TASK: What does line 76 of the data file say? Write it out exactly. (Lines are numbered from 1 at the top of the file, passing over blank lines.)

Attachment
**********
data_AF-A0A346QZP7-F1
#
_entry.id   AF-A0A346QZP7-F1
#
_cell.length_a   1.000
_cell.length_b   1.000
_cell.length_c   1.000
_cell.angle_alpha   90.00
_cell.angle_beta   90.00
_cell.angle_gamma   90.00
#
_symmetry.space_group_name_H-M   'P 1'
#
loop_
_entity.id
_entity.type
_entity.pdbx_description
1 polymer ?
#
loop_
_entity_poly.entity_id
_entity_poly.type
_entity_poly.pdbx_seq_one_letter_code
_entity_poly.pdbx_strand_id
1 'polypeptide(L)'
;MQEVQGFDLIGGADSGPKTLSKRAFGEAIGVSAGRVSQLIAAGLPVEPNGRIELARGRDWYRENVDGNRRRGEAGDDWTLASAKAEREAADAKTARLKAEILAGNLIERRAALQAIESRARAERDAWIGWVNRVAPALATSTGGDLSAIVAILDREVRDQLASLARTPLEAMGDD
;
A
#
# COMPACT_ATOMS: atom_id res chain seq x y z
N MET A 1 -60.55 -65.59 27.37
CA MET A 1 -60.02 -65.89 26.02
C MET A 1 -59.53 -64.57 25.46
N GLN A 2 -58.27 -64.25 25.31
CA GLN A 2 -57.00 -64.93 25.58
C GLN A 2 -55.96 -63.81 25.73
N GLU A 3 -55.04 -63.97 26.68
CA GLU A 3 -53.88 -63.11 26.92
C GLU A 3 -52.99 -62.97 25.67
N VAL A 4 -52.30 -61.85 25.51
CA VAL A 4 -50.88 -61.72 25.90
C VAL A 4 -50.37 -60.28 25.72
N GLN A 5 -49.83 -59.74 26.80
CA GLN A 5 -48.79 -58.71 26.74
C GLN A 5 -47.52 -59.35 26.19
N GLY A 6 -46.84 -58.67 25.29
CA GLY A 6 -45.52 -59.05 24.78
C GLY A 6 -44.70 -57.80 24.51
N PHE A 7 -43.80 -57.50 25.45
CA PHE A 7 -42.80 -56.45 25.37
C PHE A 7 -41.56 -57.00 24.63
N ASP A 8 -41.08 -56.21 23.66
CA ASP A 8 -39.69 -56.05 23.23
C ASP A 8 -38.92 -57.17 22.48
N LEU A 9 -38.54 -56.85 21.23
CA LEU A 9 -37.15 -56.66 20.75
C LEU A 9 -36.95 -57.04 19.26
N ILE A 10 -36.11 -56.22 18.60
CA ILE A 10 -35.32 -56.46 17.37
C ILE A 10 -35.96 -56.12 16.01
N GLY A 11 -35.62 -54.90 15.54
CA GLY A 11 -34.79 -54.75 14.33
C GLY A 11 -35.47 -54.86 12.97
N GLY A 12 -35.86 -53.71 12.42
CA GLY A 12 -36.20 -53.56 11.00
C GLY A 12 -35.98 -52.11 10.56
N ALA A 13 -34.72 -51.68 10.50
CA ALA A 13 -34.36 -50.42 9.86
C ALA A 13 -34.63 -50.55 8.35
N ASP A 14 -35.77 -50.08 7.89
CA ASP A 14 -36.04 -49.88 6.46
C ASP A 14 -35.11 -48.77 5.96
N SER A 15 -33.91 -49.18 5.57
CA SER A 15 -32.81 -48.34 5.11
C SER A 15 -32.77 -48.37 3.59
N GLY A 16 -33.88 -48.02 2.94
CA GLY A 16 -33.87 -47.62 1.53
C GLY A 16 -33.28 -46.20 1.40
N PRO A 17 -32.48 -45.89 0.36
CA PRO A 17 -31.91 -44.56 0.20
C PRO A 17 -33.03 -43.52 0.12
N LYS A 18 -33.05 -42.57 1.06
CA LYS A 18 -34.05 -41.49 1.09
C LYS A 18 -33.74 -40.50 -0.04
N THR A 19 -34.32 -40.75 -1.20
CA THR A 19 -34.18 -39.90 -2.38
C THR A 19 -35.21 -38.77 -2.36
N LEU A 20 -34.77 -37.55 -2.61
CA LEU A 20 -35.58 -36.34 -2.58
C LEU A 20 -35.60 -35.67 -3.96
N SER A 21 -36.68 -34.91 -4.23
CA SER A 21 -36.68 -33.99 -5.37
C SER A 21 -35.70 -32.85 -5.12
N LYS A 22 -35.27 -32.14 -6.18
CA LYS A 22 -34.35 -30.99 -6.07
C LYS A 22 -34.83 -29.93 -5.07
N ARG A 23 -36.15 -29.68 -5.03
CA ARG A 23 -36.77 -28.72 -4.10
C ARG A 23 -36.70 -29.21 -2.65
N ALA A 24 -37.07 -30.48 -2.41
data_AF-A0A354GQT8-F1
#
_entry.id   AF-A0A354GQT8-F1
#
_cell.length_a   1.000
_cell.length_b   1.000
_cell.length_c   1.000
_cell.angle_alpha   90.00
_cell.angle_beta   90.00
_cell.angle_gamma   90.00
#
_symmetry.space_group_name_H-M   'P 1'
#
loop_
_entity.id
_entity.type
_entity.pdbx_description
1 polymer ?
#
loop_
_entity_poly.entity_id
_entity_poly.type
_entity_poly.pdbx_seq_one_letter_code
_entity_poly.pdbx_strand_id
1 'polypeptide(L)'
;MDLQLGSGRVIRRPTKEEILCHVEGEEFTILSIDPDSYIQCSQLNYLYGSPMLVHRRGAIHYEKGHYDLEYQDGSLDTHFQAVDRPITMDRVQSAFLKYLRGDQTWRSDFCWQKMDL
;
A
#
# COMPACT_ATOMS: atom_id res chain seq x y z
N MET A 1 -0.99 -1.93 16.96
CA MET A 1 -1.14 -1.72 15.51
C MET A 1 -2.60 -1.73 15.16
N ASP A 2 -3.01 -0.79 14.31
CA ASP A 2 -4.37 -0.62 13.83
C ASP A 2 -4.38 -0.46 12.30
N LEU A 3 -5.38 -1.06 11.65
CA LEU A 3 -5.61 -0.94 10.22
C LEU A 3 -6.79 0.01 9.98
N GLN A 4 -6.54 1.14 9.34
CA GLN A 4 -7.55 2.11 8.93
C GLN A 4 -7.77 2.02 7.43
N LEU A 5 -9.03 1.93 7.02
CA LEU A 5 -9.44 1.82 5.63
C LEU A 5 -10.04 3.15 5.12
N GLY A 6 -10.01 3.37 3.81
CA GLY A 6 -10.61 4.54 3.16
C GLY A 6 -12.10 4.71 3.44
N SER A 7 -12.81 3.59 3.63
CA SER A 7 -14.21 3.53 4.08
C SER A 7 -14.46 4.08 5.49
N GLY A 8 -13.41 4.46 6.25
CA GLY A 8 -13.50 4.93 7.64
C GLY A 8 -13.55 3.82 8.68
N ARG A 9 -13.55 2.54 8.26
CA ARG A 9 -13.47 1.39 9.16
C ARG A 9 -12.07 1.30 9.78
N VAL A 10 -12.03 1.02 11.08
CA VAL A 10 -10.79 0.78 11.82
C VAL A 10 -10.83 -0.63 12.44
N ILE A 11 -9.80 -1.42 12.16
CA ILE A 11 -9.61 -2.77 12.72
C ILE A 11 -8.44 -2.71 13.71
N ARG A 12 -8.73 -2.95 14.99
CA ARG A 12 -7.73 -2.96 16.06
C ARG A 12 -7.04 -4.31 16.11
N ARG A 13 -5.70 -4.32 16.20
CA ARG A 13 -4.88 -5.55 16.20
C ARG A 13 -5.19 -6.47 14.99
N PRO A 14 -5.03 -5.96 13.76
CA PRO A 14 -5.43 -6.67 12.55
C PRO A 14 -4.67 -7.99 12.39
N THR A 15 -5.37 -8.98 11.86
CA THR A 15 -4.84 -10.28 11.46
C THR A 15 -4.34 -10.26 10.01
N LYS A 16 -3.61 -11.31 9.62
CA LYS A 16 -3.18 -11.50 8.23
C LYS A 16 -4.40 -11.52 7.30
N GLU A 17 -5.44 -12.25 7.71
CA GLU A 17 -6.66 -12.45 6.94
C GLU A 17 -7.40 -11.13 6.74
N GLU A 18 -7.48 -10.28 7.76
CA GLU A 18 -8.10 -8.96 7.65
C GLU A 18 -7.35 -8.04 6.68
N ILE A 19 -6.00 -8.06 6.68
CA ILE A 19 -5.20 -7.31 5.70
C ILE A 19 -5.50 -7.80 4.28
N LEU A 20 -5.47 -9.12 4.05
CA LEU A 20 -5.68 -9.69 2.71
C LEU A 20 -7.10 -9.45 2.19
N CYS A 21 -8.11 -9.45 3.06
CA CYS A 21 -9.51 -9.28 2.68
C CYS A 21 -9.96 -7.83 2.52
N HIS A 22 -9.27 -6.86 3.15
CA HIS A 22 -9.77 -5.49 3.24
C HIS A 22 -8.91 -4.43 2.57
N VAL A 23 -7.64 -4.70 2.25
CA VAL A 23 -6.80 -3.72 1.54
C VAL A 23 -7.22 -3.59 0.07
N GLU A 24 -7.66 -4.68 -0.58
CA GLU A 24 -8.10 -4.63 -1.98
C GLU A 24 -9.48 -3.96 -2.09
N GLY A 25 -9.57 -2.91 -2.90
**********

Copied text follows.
N GLY A 16 -33.88 -48.02 2.94